President Donald Trump thanked drug makers Novartis and Pfizer for delaying drug price increases until at least the end of the year, giving Trump a chance to roll out his plan to reduce drug prices.
“Thank you to Novartis for not increasing your prices on prescription drugs. Likewise to Pfizer. We are making a big push to actually reduce the prices, maybe substantially, on prescription drugs,” Trump said in a Thursday tweet.
Thank you to Novartis for not increasing your prices on prescription drugs. Likewise to Pfizer. We are making a big push to actually reduce the prices, maybe substantially, on prescription drugs.
— Donald J. Trump (@realDonaldTrump) July 19, 2018
Switzerland-based Novartis said on Wednesday it decided to forego planned price hikes in June after considering multiple factors.
Pfizer announced on July 10 that it will roll back price increases on dozens of drugs that went into effect on July 1 “following an extensive discussion” between chairman and CEO Ian Read with President Trump.
“We applaud Pfizer for this decision and hope other companies do the same,” Trump said in a July 10 tweet. “Great news for the American people!”
Novartis Chief Executive Vas Narasimhan said that he did not have a direct talk with Trump on drug prices but said his company has been speaking to the federal Department of Health and Human Services about Trump’s plan.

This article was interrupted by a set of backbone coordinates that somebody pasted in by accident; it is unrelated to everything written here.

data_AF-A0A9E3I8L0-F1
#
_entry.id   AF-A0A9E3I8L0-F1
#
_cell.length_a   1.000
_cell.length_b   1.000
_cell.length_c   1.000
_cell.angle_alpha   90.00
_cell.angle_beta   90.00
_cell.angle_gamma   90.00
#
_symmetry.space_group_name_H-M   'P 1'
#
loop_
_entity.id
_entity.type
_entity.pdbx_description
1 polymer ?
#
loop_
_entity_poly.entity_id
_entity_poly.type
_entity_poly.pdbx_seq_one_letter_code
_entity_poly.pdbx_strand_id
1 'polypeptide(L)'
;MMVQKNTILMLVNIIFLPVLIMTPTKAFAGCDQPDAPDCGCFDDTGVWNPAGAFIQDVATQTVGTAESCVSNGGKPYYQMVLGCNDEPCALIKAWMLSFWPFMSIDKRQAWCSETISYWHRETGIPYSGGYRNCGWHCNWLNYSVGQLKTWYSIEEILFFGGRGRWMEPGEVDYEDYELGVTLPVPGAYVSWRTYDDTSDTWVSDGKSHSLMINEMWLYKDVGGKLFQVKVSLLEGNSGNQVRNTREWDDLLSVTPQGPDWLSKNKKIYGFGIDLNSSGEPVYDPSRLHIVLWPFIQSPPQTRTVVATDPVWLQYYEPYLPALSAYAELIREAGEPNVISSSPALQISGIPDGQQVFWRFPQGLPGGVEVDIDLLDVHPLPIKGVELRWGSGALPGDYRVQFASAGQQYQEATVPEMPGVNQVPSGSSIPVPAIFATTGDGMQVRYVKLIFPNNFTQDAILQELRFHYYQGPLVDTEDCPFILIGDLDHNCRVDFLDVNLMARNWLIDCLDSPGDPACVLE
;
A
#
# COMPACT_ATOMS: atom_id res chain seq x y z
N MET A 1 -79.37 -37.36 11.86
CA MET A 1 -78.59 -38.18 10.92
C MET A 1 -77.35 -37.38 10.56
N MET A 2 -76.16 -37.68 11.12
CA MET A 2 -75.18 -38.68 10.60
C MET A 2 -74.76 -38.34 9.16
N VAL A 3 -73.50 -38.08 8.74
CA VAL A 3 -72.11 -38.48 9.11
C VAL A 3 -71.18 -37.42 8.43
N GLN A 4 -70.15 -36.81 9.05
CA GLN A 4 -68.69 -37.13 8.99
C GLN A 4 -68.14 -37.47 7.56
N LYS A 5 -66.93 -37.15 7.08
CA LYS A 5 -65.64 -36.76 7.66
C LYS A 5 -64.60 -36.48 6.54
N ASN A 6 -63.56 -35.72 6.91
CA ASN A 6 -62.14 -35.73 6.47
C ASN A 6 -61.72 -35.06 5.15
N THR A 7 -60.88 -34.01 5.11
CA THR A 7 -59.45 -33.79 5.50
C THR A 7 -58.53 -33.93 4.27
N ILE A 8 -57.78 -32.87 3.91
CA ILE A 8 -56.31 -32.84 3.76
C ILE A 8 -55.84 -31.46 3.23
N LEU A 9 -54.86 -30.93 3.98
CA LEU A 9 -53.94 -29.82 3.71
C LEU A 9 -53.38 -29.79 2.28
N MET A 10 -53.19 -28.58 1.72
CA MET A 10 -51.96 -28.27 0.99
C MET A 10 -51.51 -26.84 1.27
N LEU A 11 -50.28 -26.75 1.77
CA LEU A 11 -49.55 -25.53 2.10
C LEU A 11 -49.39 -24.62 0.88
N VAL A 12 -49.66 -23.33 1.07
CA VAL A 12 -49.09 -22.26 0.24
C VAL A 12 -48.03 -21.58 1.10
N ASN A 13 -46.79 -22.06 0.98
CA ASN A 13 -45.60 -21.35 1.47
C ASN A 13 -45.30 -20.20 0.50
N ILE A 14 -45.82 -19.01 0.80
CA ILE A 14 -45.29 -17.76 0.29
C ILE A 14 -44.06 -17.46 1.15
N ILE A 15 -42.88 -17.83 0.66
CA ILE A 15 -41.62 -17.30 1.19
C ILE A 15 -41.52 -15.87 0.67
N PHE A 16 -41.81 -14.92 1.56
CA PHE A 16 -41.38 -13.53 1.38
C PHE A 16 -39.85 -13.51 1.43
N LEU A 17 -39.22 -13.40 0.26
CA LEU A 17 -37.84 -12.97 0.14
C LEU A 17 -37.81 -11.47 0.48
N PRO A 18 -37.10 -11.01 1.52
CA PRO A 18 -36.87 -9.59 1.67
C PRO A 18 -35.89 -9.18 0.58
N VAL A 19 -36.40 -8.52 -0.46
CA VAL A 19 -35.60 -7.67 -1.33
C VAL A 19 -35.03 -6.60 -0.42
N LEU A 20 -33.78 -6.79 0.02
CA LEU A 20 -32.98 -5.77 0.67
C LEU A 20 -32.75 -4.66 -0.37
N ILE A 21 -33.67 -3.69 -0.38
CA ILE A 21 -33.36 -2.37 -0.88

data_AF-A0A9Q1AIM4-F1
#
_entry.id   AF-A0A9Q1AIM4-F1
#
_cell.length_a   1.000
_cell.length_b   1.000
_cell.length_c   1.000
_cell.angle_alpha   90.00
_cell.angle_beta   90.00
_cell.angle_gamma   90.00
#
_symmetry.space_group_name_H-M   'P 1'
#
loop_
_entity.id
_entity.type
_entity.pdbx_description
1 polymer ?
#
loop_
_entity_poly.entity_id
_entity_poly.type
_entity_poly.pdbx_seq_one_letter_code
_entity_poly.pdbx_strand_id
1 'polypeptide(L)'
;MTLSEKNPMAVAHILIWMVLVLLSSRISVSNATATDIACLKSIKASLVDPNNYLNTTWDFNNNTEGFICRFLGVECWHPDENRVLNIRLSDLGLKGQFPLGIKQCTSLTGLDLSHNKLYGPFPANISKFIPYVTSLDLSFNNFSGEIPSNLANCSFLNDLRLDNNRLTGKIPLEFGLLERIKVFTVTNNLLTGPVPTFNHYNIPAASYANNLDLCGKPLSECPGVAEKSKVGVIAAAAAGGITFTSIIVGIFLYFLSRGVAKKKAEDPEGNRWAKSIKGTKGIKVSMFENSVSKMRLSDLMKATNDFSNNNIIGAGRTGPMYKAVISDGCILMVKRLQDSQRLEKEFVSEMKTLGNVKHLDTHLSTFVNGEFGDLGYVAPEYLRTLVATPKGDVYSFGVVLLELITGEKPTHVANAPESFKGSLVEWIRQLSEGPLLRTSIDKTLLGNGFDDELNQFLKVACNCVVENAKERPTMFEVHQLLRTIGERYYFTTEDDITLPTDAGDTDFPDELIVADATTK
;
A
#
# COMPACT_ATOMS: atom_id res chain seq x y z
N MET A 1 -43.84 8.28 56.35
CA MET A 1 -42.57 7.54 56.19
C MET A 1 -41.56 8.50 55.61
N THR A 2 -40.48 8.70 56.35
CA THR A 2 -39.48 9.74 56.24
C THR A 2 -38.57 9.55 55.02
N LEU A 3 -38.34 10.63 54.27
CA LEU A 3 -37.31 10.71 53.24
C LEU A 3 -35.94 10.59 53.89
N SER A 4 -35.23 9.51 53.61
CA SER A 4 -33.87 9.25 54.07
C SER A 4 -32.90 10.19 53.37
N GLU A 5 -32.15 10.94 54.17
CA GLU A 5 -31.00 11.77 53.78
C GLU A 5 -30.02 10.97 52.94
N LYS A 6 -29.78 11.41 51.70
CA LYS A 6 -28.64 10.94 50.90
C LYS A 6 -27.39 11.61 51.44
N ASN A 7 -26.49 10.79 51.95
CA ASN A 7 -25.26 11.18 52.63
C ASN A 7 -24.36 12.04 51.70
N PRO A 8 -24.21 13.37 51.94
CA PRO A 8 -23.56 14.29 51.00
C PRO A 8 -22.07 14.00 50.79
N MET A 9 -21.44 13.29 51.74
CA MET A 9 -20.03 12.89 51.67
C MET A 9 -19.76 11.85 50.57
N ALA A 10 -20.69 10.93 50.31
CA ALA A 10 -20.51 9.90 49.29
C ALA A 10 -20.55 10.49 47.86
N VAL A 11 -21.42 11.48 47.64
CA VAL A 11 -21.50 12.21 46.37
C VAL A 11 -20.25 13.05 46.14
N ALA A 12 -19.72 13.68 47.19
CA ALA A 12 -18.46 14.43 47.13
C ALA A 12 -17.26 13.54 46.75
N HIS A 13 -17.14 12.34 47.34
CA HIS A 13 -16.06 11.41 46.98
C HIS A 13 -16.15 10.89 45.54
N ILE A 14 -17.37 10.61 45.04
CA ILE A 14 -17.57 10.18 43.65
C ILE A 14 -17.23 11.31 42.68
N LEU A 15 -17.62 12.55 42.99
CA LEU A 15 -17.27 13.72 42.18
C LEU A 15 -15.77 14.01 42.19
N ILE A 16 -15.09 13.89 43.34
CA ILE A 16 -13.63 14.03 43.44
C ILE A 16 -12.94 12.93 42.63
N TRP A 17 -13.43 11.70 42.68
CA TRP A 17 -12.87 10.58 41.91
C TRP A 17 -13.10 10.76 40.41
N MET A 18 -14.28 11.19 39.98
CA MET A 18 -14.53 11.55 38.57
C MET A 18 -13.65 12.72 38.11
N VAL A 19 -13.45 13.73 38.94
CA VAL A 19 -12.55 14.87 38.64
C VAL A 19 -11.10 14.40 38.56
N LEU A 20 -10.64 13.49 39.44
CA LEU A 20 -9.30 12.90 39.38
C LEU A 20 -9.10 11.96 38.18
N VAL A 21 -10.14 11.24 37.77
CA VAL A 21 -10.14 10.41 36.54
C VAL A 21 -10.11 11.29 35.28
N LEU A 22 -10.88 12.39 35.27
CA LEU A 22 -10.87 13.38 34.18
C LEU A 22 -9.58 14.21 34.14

“We don’t plan to take any further price increases in the United States for 2018,” Narasimhan said. “Right now, in a very dynamic environment in the United States … we view it as the prudent course.”
On July 9, Trump had criticized drug companies, Pfizer by name, for recently increasing the prices of more than 100 drugs.
Pfizer’s July 1 hike was already its second this year after it raised prices on 41 drugs in January, according to Wells Fargo analyst David Maris, FiercePharma reported.
Pfizer agreed to postpone the second hike until the end of the year or until Trump’s plan to lower drug prices goes into effect—whichever is sooner.
Trump announced in May a plan to lower drug prices by, among other things, giving the government better tools to negotiate drug prices for Medicare beneficiaries and counter foreign government regulations that often keep drug prices artificially low.
Reuters contributed to this report.
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